Donald R. Prothero is a paleontology and geology researcher, teacher, and author. He is adjunct professor of geological sciences at California State Polytechnic University, Pomona, and research associate in vertebrate palaeontology at the Natural History Museum of Los Angeles County. His Columbia University Press books include The Story of Life in 25 Fossils: Tales of Intrepid Fossil Hunters and the Wonders of Evolution (2015) and The Story of the Earth in 25 Rocks: Tales of Important Geological Puzzles and the People Who Solved Them (2018).
"One of the 10 best nonfiction books to read in science."
– New Scientist
"Solid proof that dinosaurs through scientific eyes are no less fascinating than they are in the movies."
– Kirkus Reviews
"[Prothero] delivers another winning popular science book [...] dinosaur buffs will be delighted, fascinated, and entertained."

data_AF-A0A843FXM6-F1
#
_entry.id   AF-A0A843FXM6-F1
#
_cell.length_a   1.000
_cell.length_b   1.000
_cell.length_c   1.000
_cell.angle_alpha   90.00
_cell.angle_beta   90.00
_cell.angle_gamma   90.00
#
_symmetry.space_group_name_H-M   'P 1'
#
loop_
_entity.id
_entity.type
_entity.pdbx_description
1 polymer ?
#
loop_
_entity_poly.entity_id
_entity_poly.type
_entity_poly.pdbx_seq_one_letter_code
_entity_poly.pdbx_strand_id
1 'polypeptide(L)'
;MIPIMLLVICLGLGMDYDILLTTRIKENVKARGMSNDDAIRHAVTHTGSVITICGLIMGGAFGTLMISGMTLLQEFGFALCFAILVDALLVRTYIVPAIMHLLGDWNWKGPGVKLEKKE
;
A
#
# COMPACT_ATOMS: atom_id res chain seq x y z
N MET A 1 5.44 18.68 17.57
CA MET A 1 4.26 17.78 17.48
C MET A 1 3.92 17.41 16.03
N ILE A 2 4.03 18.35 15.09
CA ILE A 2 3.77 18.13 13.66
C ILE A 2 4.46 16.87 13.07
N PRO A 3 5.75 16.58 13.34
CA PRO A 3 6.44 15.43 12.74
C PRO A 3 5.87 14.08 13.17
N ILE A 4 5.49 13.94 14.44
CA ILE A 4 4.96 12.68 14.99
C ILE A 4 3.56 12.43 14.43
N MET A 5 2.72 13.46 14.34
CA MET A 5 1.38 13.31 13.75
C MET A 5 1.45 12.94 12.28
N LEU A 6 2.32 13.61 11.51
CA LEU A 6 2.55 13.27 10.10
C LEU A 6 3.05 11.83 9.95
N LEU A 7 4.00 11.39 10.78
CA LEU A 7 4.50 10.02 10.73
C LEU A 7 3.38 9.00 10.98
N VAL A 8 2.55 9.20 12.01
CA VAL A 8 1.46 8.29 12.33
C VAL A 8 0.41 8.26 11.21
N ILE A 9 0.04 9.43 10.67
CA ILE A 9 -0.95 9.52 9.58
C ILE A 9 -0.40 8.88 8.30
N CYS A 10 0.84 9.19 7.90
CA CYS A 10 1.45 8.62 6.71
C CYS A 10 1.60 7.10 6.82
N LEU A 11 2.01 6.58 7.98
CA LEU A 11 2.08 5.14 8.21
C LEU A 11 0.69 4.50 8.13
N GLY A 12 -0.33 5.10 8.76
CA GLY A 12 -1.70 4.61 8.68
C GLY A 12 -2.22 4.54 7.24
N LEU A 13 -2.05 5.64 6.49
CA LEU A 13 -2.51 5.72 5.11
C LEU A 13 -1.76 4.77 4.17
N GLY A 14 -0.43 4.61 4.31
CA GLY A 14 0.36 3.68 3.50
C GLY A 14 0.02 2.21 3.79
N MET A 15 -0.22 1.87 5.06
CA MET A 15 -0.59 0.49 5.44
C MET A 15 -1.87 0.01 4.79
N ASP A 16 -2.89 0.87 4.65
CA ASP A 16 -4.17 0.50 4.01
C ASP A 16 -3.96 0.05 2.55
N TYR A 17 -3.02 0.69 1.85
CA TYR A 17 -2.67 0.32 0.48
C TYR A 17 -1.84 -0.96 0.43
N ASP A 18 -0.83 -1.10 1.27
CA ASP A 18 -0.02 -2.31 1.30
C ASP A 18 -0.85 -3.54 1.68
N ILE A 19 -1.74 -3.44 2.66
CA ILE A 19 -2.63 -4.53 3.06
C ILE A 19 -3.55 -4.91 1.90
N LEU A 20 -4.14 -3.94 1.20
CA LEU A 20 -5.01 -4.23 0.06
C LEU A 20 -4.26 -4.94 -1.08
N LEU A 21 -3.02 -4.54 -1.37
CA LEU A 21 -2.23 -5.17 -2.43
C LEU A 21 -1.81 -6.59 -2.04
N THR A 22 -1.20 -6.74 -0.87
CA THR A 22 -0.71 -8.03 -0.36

– Publishers Weekly
"Excellent summer reading!"
– Greg Laden Blog
"Another entertaining trip through the history of science, this time focusing on paleontology."
– Physics Today
"A grand tour of dinosaurs, from one of our most prolific natural history writers. I've been reading Donald Prothero's books since I began studying geology in college, and here he delivers again, with a romping chronicle of some of the most charismatic dinosaurs and the equally fascinating people who have studied them."
– Steve Brusatte, University of Edinburgh paleontologist and New York Times bestselling author of The Rise and Fall of the Dinosaurs